There exist in the piping world today two kinds of Scottish pipe bands: those that play by the rules of repertoire and those that have an adventurous streak. This review highlights one very ambitious pipe band open to contemporary sound and another that dips its feet in the water to check the depth of possibility.
Cathcart, the second album from the Scottish Power Pipe Band, firmly straddles the adventurous end of the piping spectrum. They try unusual tunes, sometimes playing their own compositions using different accompaniment and guest musicians and singers. This puts them among the type of band that handles both ends of the piping repertoire, the familiar and the unusual. Cathcart, produced by Phil Cunningham, shows how adventurous the pipe band format in the right hands can be. They play Irish, Scots, Breton, and Asturian tunes, and also act as backing for guest singer Karen Matheson (yes, that Karen Matheson) and add keyboards, drums, guitars and bass into the mix. This allows for funky rhythms, Afro percussion and often jazz-inflected licks to creep through the masked pipe songs.
In addition, you can easily put them alongside seminal Breton bands like Bagad Kemper whose sense of adventure is well known. A drum kit backs them on the jig sets, in which they mix Irish and Scottish tunes freely. Small pipes lead a set of tunes also, and Matheson sings a Gaelic psalm version of ‘Amazing Grace’. Catchcart is that kind of album — full of surprises and unexpected twists. If you think pipe bands can’t rock, then listen to this. You can find them at the Greentrax Web site.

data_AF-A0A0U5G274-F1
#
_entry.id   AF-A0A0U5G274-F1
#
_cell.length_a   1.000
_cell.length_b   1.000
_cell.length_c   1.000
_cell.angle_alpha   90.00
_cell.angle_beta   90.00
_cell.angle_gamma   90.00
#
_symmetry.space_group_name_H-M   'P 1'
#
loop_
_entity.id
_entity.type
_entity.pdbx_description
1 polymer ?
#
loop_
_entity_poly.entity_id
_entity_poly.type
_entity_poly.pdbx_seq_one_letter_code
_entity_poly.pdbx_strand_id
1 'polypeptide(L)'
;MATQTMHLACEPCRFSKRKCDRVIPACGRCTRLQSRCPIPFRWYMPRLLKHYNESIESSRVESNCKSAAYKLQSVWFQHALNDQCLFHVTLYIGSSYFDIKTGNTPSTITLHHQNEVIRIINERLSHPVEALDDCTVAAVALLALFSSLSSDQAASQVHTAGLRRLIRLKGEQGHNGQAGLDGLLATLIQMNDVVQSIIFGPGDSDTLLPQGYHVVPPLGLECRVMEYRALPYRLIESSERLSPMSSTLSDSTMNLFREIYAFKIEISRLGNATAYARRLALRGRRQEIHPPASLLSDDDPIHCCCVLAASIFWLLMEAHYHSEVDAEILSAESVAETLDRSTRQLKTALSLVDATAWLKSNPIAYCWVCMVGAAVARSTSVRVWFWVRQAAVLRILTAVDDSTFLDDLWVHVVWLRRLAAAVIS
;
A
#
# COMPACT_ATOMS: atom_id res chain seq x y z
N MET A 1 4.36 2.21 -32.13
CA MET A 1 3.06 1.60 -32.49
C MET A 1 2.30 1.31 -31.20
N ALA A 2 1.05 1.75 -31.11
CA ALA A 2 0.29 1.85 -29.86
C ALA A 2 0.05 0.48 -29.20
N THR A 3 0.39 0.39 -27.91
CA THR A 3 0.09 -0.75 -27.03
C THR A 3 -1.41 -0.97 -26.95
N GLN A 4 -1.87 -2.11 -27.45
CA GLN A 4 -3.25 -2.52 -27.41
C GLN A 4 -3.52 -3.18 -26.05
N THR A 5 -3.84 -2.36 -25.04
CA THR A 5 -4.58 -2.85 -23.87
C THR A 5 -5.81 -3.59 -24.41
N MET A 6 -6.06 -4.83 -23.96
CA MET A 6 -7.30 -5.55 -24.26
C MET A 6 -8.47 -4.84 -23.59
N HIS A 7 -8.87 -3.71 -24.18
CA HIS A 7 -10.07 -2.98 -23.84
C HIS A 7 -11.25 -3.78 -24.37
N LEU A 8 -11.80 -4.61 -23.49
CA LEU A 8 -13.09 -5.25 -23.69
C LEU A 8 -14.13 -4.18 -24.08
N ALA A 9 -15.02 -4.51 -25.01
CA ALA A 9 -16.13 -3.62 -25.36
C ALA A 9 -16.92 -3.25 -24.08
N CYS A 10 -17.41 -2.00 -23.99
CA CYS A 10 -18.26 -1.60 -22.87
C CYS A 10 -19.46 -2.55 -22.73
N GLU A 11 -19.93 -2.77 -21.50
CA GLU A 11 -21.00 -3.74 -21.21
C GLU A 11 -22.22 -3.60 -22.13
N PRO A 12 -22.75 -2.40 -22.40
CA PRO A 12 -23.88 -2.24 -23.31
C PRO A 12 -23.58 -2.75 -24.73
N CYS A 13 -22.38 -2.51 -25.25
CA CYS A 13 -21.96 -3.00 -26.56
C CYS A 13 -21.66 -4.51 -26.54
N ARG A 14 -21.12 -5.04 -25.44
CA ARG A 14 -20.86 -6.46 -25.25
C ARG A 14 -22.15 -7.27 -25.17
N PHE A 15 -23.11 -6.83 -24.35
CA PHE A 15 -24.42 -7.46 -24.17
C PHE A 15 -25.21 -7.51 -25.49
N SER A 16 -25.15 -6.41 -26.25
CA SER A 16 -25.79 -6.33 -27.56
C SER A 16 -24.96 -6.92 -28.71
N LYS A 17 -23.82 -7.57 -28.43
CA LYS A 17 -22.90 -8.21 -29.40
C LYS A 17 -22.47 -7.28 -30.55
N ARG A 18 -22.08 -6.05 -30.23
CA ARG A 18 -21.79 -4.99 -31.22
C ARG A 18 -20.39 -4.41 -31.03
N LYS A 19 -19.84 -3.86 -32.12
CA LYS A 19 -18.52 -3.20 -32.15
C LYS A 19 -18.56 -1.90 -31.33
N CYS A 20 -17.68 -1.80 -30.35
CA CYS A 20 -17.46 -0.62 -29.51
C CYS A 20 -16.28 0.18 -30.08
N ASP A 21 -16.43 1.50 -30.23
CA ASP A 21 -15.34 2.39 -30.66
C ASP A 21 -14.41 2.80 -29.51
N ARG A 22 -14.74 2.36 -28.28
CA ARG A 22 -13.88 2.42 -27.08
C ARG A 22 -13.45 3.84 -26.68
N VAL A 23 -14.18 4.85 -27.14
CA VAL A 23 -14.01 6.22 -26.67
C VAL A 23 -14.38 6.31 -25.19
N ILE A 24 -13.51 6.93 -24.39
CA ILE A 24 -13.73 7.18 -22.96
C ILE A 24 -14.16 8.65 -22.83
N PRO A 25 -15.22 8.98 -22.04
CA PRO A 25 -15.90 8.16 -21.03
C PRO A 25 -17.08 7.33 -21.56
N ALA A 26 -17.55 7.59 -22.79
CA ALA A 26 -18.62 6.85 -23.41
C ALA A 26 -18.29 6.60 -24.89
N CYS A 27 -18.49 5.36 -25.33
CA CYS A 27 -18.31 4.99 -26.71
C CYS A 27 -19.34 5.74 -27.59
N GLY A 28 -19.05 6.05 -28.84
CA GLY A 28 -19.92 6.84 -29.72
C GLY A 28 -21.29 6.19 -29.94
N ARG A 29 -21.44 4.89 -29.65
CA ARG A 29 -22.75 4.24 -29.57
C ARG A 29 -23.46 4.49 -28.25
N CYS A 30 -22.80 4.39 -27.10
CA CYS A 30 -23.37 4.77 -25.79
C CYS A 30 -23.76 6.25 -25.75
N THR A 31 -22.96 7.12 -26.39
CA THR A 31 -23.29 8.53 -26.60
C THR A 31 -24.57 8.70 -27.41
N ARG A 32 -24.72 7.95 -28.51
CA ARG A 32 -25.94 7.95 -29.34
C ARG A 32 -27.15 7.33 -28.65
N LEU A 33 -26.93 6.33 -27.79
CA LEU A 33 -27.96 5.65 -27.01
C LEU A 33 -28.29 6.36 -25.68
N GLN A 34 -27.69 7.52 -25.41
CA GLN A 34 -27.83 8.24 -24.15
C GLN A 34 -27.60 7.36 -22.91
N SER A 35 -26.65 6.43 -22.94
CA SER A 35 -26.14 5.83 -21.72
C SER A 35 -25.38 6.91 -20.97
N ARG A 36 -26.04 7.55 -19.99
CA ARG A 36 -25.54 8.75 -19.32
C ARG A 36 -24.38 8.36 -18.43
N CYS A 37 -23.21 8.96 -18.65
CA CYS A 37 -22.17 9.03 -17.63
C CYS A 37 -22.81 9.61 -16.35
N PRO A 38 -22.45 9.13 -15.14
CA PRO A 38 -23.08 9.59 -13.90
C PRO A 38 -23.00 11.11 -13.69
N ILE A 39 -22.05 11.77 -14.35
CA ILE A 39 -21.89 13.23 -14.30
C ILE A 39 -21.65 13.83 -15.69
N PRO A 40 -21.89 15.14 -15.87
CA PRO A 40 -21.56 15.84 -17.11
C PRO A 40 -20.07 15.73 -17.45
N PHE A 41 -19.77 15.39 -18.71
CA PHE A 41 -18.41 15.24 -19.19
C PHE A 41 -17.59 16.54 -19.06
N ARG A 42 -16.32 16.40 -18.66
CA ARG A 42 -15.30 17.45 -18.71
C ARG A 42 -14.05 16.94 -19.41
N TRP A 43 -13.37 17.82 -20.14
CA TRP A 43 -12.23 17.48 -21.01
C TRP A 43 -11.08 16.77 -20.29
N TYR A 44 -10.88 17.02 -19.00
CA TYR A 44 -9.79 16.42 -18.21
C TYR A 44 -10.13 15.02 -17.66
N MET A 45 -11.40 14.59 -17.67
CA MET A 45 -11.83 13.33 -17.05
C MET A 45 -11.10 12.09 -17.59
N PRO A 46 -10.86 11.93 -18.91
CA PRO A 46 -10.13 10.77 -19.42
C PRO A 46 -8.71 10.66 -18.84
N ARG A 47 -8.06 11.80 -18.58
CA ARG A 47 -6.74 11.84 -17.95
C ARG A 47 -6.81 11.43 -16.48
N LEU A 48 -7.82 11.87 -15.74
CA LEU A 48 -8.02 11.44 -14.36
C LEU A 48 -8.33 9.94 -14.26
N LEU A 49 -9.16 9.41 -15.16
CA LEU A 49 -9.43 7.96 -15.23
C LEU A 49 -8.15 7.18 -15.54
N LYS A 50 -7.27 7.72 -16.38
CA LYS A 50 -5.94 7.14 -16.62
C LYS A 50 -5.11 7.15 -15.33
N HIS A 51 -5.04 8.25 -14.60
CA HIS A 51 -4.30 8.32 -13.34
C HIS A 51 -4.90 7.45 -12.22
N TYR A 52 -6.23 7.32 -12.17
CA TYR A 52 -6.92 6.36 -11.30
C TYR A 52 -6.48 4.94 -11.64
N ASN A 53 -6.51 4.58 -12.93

Meanwhile, down in New Zealand, The Manawatu Scottish Society pipe band issued a CD entitled The Calling in 2003. Greentrax picked it up for European distribution last year and issued it domestically. Having membership based in a Scottish society, the emphasis is on keeping heritage alive in a new place as well as playing music handed down from generation to generation. This is the sound of a more traditional pipe band, although the repertoire does spread to new tunes by composers such as Gordon Duncan and Canadian piper Michael Gray. The material is predominantly Scots with some Irish tunes. It also strays into using an Appertain sacred harp hymn ‘What wondrous love is this’ and Carter Burwell’s theme to the movie ‘Rob Roy’. One of New Zealand’s leading pipers, Stewart McKenzie, plays two solos including a shuttle pipes medley.
The sound is predominantly pipes and drums, although Duncan Davidson plays bouzouki on three tracks and Paul Turner adds whistle for one set. The traditional march, strathspey and reel combination on ‘John McDonald of Glencoe’ shows the distinctive switch of mood and tempo in this configuration while ‘Bulgarian Bandit’ is an extended six minute epic set full of twists and varying tempos. The band plays with a proud urgency and passion, and The Manawatu Scottish Society pipe band is one of New Zealand’s best pipe bands; but don’t take my word, the proof is here.
These are good examples of the winds of change blowing through the piping world and how bands are adapting to them. Some go into the realms of experimentation with a full knowledge of the possibilities therein, while others tread carefully in their initial moves towards incorporating a wider sphere of influences to their music.